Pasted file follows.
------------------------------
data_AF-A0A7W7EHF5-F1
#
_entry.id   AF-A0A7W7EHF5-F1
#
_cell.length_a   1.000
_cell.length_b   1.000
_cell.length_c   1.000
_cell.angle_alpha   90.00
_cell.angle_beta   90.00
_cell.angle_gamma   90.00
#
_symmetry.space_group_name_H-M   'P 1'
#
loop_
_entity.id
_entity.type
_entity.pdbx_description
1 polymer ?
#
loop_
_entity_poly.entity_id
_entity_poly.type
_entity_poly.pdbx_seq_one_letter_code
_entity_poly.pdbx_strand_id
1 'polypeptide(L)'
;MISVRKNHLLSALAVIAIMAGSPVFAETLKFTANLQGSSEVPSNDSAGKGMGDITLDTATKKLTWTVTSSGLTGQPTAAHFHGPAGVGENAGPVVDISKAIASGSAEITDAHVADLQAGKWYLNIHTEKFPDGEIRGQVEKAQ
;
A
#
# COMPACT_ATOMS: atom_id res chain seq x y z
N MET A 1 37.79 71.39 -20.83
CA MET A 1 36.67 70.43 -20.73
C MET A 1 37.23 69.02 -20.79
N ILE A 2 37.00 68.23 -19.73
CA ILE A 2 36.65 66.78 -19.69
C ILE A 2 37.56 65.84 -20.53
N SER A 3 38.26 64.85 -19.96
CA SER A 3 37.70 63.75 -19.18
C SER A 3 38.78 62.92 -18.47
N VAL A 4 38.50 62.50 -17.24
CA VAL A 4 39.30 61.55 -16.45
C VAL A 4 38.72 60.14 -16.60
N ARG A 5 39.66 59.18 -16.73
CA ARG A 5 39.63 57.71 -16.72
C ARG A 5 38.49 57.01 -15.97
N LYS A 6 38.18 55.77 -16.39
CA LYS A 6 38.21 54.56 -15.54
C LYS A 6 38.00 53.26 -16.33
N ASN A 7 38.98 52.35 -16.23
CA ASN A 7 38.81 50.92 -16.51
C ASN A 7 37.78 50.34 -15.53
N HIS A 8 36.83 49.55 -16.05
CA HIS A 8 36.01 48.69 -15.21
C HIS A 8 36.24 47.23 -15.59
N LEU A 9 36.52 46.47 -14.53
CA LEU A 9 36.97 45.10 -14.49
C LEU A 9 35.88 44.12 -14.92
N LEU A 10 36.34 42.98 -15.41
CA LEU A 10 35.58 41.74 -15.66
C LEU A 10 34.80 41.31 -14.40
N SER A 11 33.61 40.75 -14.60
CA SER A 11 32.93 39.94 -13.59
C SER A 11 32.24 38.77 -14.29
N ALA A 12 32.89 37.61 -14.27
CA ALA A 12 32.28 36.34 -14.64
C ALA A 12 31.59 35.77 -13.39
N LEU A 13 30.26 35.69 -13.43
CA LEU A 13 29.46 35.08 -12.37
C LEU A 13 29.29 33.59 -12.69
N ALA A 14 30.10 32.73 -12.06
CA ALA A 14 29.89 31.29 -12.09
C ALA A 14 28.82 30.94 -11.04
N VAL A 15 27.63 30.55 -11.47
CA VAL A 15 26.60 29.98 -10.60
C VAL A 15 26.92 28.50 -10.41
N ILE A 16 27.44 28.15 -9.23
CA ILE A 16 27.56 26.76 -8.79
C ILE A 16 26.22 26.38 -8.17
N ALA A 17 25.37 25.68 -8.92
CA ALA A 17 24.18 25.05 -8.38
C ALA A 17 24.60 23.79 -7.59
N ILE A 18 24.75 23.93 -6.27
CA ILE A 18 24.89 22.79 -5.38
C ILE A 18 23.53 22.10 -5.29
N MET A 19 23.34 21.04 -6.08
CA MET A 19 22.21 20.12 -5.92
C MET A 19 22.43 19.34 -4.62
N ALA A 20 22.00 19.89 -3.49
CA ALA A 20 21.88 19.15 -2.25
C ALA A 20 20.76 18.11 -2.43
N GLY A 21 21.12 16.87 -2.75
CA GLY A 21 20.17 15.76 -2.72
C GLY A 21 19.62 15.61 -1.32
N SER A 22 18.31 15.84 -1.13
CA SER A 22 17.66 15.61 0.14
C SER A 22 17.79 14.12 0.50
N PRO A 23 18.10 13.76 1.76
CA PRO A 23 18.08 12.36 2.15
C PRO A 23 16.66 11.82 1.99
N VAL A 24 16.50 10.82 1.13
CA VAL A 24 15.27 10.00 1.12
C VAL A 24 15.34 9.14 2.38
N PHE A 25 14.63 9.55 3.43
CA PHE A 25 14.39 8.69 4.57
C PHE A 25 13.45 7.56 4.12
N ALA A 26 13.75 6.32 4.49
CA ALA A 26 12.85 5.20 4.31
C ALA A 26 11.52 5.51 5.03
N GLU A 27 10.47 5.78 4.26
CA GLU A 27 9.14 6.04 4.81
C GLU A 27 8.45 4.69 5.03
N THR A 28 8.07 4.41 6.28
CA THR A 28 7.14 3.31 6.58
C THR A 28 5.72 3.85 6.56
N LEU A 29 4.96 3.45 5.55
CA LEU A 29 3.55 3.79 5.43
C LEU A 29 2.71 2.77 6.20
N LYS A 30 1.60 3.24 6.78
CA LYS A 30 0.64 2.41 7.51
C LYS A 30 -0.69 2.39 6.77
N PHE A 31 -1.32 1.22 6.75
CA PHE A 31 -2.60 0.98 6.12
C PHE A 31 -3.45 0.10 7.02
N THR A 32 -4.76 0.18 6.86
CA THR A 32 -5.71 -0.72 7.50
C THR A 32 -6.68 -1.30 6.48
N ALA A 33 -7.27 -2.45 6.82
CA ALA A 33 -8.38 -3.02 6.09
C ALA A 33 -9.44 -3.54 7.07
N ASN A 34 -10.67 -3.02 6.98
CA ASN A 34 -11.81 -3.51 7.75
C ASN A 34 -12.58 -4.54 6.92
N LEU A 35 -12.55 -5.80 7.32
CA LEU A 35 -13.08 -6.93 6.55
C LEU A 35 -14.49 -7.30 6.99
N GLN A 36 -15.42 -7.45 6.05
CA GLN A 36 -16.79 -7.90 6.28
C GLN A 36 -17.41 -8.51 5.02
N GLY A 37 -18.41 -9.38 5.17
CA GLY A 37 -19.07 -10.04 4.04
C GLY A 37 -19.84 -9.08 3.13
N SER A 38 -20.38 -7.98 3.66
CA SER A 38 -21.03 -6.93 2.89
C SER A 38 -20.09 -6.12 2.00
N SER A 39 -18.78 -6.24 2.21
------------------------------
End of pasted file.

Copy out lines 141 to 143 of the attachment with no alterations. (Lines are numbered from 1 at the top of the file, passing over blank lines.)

C GLY A 37 -19.84 -9.08 3.13
N SER A 38 -20.38 -7.98 3.66
CA SER A 38 -21.03 -6.93 2.89